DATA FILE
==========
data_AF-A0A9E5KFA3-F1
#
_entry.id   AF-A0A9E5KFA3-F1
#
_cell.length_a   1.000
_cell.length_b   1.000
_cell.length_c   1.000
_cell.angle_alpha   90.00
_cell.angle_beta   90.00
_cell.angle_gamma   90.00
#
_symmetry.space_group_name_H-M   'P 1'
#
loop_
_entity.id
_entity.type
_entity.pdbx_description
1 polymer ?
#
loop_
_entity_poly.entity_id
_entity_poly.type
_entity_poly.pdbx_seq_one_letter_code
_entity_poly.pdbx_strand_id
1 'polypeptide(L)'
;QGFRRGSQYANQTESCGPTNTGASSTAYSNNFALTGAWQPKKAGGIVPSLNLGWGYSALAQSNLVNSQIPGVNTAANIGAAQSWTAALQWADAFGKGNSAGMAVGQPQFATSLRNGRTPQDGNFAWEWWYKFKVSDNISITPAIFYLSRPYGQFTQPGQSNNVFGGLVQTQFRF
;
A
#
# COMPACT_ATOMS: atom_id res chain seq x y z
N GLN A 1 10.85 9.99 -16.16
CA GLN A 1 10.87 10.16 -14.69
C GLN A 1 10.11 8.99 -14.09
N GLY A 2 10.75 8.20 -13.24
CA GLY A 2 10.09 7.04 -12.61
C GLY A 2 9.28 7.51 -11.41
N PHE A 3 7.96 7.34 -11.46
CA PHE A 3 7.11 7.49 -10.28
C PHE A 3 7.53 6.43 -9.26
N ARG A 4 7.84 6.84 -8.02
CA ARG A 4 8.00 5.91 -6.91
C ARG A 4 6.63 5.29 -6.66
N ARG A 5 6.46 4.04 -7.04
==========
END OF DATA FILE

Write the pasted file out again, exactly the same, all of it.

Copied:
data_AF-A0A9E5KFA3-F1
#
_entry.id   AF-A0A9E5KFA3-F1
#
_cell.length_a   1.000
_cell.length_b   1.000
_cell.length_c   1.000
_cell.angle_alpha   90.00
_cell.angle_beta   90.00
_cell.angle_gamma   90.00
#
_symmetry.space_group_name_H-M   'P 1'
#
loop_
_entity.id
_entity.type
_entity.pdbx_description
1 polymer ?
#
loop_
_entity_poly.entity_id
_entity_poly.type
_entity_poly.pdbx_seq_one_letter_code
_entity_poly.pdbx_strand_id
1 'polypeptide(L)'
;QGFRRGSQYANQTESCGPTNTGASSTAYSNNFALTGAWQPKKAGGIVPSLNLGWGYSALAQSNLVNSQIPGVNTAANIGAAQSWTAALQWADAFGKGNSAGMAVGQPQFATSLRNGRTPQDGNFAWEWWYKFKVSDNISITPAIFYLSRPYGQFTQPGQSNNVFGGLVQTQFRF
;
A
#
# COMPACT_ATOMS: atom_id res chain seq x y z
N GLN A 1 10.85 9.99 -16.16
CA GLN A 1 10.87 10.16 -14.69
C GLN A 1 10.11 8.99 -14.09
N GLY A 2 10.75 8.20 -13.24
CA GLY A 2 10.09 7.04 -12.61
C GLY A 2 9.28 7.51 -11.41
N PHE A 3 7.96 7.34 -11.46
CA PHE A 3 7.11 7.49 -10.28
C PHE A 3 7.53 6.43 -9.26
N ARG A 4 7.84 6.84 -8.02
CA ARG A 4 8.00 5.91 -6.91
C ARG A 4 6.63 5.29 -6.66
N ARG A 5 6.46 4.04 -7.04